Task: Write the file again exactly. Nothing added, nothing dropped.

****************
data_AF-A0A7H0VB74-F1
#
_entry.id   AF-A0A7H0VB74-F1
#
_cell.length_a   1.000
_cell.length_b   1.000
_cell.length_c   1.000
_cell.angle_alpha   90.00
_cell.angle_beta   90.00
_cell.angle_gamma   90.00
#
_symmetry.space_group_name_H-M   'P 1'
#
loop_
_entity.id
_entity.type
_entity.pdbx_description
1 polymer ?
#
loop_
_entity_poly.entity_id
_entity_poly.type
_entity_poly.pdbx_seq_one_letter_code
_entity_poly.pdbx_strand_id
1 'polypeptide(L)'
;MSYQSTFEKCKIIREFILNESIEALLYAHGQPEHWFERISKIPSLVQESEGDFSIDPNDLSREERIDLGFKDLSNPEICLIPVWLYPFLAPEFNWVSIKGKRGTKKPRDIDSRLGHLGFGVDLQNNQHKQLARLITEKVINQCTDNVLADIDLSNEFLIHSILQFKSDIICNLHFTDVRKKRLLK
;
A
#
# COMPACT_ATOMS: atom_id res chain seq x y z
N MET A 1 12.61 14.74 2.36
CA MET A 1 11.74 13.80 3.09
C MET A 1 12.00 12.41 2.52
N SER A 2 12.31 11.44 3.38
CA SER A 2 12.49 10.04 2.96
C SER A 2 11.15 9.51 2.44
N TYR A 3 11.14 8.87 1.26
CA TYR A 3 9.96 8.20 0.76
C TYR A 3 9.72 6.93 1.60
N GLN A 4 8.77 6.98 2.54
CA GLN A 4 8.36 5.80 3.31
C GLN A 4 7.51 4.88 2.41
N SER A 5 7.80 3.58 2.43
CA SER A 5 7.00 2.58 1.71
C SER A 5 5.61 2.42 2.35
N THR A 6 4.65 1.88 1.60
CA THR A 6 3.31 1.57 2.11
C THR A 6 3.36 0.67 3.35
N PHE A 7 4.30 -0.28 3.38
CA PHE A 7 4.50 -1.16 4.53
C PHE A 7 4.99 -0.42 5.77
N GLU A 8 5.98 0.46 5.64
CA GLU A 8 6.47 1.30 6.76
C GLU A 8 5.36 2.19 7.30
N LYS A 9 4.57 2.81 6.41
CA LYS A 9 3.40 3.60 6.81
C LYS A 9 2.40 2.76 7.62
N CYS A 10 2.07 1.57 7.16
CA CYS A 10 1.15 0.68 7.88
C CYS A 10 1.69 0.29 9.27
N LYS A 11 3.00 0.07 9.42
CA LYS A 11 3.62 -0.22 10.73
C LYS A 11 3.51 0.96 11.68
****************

data_AF-A0A7H0VB74-F1
#
_entry.id   AF-A0A7H0VB74-F1
#
_cell.length_a   1.000
_cell.length_b   1.000
_cell.length_c   1.000
_cell.angle_alpha   90.00
_cell.angle_beta   90.00
_cell.angle_gamma   90.00
#
_symmetry.space_group_name_H-M   'P 1'
#
loop_
_entity.id
_entity.type
_entity.pdbx_description
1 polymer ?
#
loop_
_entity_poly.entity_id
_entity_poly.type
_entity_poly.pdbx_seq_one_letter_code
_entity_poly.pdbx_strand_id
1 'polypeptide(L)'
;MSYQSTFEKCKIIREFILNESIEALLYAHGQPEHWFERISKIPSLVQESEGDFSIDPNDLSREERIDLGFKDLSNPEICLIPVWLYPFLAPEFNWVSIKGKRGTKKPRDIDSRLGHLGFGVDLQNNQHKQLARLITEKVINQCTDNVLADIDLSNEFLIHSILQFKSDIICNLHFTDVRKKRLLK
;
A
#
# COMPACT_ATOMS: atom_id res chain seq x y z
N MET A 1 12.61 14.74 2.36
CA MET A 1 11.74 13.80 3.09
C MET A 1 12.00 12.41 2.52
N SER A 2 12.31 11.44 3.38
CA SER A 2 12.49 10.04 2.96
C SER A 2 11.15 9.51 2.44
N TYR A 3 11.14 8.87 1.26
CA TYR A 3 9.96 8.20 0.76
C TYR A 3 9.72 6.93 1.60
N GLN A 4 8.77 6.98 2.54
CA GLN A 4 8.36 5.80 3.31
C GLN A 4 7.51 4.88 2.41
N SER A 5 7.80 3.58 2.43
CA SER A 5 7.00 2.58 1.71
C SER A 5 5.61 2.42 2.35
N THR A 6 4.65 1.88 1.60
CA THR A 6 3.31 1.57 2.11
C THR A 6 3.36 0.67 3.35
N PHE A 7 4.30 -0.28 3.38
CA PHE A 7 4.50 -1.16 4.53
C PHE A 7 4.99 -0.42 5.77
N GLU A 8 5.98 0.46 5.64
CA GLU A 8 6.47 1.30 6.76
C GLU A 8 5.36 2.19 7.30
N LYS A 9 4.57 2.81 6.41
CA LYS A 9 3.40 3.60 6.81
C LYS A 9 2.40 2.76 7.62
N CYS A 10 2.07 1.57 7.16
CA CYS A 10 1.15 0.68 7.88
C CYS A 10 1.69 0.29 9.27
N LYS A 11 3.00 0.07 9.42
CA LYS A 11 3.62 -0.22 10.73
C LYS A 11 3.51 0.96 11.68